London: A close associate of Oscar Pistorius said at his murder trial Tuesday that, even on the night before the athlete killed his girlfriend, he was arranging for them to fly together - in business class - to a track meet in England as part of a glitzy series of trips abroad to show her "his world."
The testimony by Peet van Zyl, Pistorius' agent, was apparently designed by the defense as evidence of a loving relationship heading for a prosperous and glamorous future before it came to an abrupt halt in the early hours of Feb. 14, 2013.
On that day, Pistorius has admitted killing his girlfriend, Reeva Steenkamp, 29, opening fire with a handgun through a locked bathroom door. But he denies the prosecution charge that he murdered her in a jealous rage, saying he killed her by accident in the belief that an intruder had entered his home.
The latest testimony came on the 35th day of the often-delayed trial, which opened in early March and was suspended in mid-May to allow for a six-week psychiatric assessment of the track star, a double amputee since infancy. It resumed Monday after a panel of mental health experts declared that Pistorius was fit to stand trial.
Van Zyl said he had known Pistorius since 2004, acting as his agent and manager as he became a "global icon, a sporting icon" after the London Olympics and Paralympics in 2012, when Pistorius competed, without winning, against able-bodied athletes in the Olympics and collected medals in the Paralympics.
The athlete runs on scythelike prosthetic blades, which has given him his nickname "Blade Runner." Before he was allowed to compete in the Olympics, there had been some debate whether the blades gave him an unfair advantage.
After Pistorius met Steenkamp, a law graduate and model, the athlete wanted her to accompany him to athletic events - the first time he had taken a girlfriend to a track meet, van Zyl said.
On the night of Feb. 13, 2014, hours before Steenkamp died, van Zyl said Pistorius had been seeking a business class airline ticket for her to accompany him to a track meet in Manchester, England, later that year. He had also arranged for her to travel with him to an event in Brazil and to a concert in Italy by the Italian tenor, Andrea Bocelli.
"For me I would describe it as a loving and caring relationship," van Zyl said of Pistorius and Steenkamp, adding: "He said he wanted her to see his world, why he was the way he was." The agent produced an email timed at 7:29 pm on Feb.13, 2013 - hours before the shooting - searching for a ticket for Steenkamp to fly to Manchester.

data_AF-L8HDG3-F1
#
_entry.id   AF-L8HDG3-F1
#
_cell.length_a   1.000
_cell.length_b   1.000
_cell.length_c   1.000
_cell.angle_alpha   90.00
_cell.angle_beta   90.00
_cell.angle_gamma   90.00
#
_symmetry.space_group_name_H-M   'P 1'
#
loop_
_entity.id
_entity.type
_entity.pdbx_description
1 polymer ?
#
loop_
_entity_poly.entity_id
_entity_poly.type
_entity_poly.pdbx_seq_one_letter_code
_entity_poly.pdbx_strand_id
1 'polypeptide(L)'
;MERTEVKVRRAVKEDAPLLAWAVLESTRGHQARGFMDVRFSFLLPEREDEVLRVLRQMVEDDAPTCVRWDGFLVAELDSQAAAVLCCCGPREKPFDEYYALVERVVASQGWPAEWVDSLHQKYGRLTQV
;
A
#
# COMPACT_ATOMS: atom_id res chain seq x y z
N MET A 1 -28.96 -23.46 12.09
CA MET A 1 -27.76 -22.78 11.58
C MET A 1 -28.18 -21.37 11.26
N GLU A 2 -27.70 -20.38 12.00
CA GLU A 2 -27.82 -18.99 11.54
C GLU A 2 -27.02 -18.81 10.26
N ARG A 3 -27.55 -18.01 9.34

Steenkamp had been "very excited, very ecstatic" about traveling with Pistorius, van Zyl said.
Gerrie Nel, the lead prosecutor whose pugnacious cross-examination techniques have earned him the nickname "the Pitbull," said he had not been aware until Tuesday that van Zyl would be called as a witness.
But he sought to deflate van Zyl's testimony by repeatedly asking him about a reported incident at the London Olympics when an unidentified athlete who was sharing accommodation with Pistorius demanded to be moved to a different room because Pistorius was constantly arguing on the telephone.
Van Zyl seemed to hesitate with his answer. "Why don't you answer the question?" Nel said. "Is it so difficult to say something negative" about Pistorius?
Nel also asked the agent about previous testimony concerning what the prosecutor termed a "love for guns."
Van Zyl said he saw Pistorius carrying a gun for the first time in November, 2012. "He said he was fearing for his own safety," van Zyl said.
The trial was adjourned until Wednesday. For much of its proceedings the trial has been broadcast live on television, but some witnesses - including van Zyl - have said they do not wish to appear on television, restricting coverage to audio.
During his testimony, van Zyl said he had only known Pistorius to lose his temper twice, both on occasions when journalists asked him whether he would be cheating by competing with able-bodied runners because of the power of his blades.
But Nel raised another well-known episode when Pistorius complained bitterly about the blades used by Alan Oliveira, a double amputee from Brazil who beat him in the Paralympics 200-meter race, accusing him of using blades that were unfairly long, allowing him to take fewer and longer strides. But van Zyl said he had not been in London at the time.
© 2014 New York Times News Service